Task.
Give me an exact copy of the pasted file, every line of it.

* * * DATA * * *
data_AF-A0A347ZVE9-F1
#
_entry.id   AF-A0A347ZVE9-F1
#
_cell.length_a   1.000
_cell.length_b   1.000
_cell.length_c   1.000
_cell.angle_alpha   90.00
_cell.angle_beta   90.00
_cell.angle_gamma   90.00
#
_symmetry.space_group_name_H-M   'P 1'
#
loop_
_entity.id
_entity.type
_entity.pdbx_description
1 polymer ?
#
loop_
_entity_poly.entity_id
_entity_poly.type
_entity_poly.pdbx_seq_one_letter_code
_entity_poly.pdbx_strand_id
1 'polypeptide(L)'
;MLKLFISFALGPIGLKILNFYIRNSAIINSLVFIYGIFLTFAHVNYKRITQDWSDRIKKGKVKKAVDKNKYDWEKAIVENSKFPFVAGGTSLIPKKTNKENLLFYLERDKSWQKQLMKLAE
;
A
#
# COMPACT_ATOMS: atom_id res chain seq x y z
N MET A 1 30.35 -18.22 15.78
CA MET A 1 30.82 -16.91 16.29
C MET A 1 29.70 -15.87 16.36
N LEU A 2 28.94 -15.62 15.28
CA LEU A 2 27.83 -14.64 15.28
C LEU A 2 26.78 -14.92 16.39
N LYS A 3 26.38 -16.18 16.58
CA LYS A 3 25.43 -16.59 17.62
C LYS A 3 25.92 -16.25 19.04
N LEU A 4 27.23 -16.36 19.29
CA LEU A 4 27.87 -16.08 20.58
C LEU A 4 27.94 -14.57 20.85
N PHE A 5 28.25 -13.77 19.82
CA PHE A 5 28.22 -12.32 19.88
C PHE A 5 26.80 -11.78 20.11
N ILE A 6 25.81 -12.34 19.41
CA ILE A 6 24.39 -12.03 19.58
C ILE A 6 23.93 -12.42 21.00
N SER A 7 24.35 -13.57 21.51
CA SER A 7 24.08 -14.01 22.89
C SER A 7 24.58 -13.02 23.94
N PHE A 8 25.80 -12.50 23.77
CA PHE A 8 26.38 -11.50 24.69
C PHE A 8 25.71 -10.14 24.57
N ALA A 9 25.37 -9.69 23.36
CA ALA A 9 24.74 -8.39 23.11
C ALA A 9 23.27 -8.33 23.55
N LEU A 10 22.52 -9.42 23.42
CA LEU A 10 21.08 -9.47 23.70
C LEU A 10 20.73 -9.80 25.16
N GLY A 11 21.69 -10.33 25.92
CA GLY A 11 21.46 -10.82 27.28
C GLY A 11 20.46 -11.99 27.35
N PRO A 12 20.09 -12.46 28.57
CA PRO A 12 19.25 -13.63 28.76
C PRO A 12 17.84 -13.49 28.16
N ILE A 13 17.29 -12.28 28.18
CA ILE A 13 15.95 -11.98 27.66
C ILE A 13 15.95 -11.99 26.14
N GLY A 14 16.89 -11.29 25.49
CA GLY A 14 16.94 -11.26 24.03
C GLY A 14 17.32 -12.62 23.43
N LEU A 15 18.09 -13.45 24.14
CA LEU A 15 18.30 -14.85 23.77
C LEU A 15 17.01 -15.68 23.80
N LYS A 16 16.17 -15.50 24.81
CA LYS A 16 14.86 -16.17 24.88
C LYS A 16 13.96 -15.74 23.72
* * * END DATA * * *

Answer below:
data_AF-A0A347ZVE9-F1
#
_entry.id   AF-A0A347ZVE9-F1
#
_cell.length_a   1.000
_cell.length_b   1.000
_cell.length_c   1.000
_cell.angle_alpha   90.00
_cell.angle_beta   90.00
_cell.angle_gamma   90.00
#
_symmetry.space_group_name_H-M   'P 1'
#
loop_
_entity.id
_entity.type
_entity.pdbx_description
1 polymer ?
#
loop_
_entity_poly.entity_id
_entity_poly.type
_entity_poly.pdbx_seq_one_letter_code
_entity_poly.pdbx_strand_id
1 'polypeptide(L)'
;MLKLFISFALGPIGLKILNFYIRNSAIINSLVFIYGIFLTFAHVNYKRITQDWSDRIKKGKVKKAVDKNKYDWEKAIVENSKFPFVAGGTSLIPKKTNKENLLFYLERDKSWQKQLMKLAE
;
A
#
# COMPACT_ATOMS: atom_id res chain seq x y z
N MET A 1 30.35 -18.22 15.78
CA MET A 1 30.82 -16.91 16.29
C MET A 1 29.70 -15.87 16.36
N LEU A 2 28.94 -15.62 15.28
CA LEU A 2 27.83 -14.64 15.28
C LEU A 2 26.78 -14.92 16.39
N LYS A 3 26.38 -16.18 16.58
CA LYS A 3 25.43 -16.59 17.62
C LYS A 3 25.92 -16.25 19.04
N LEU A 4 27.23 -16.36 19.29
CA LEU A 4 27.87 -16.08 20.58
C LEU A 4 27.94 -14.57 20.85
N PHE A 5 28.25 -13.77 19.82
CA PHE A 5 28.22 -12.32 19.88
C PHE A 5 26.80 -11.78 20.11
N ILE A 6 25.81 -12.34 19.41
CA ILE A 6 24.39 -12.03 19.58
C ILE A 6 23.93 -12.42 21.00
N SER A 7 24.35 -13.57 21.51
CA SER A 7 24.08 -14.01 22.89
C SER A 7 24.58 -13.02 23.94
N PHE A 8 25.80 -12.50 23.77
CA PHE A 8 26.38 -11.50 24.69
C PHE A 8 25.71 -10.14 24.57
N ALA A 9 25.37 -9.69 23.36
CA ALA A 9 24.74 -8.39 23.11
C ALA A 9 23.27 -8.33 23.55
N LEU A 10 22.52 -9.42 23.42
CA LEU A 10 21.08 -9.47 23.70
C LEU A 10 20.73 -9.80 25.16
N GLY A 11 21.69 -10.33 25.92
CA GLY A 11 21.46 -10.82 27.28
C GLY A 11 20.46 -11.99 27.35
N PRO A 12 20.09 -12.46 28.57
CA PRO A 12 19.25 -13.63 28.76
C PRO A 12 17.84 -13.49 28.16
N ILE A 13 17.29 -12.28 28.18
CA ILE A 13 15.95 -11.98 27.66
C ILE A 13 15.95 -11.99 26.14
N GLY A 14 16.89 -11.29 25.49
CA GLY A 14 16.94 -11.26 24.03
C GLY A 14 17.32 -12.62 23.43
N LEU A 15 18.09 -13.45 24.14
CA LEU A 15 18.30 -14.85 23.77
C LEU A 15 17.01 -15.68 23.80
N LYS A 16 16.17 -15.50 24.81
CA LYS A 16 14.86 -16.17 24.88
C LYS A 16 13.96 -15.74 23.72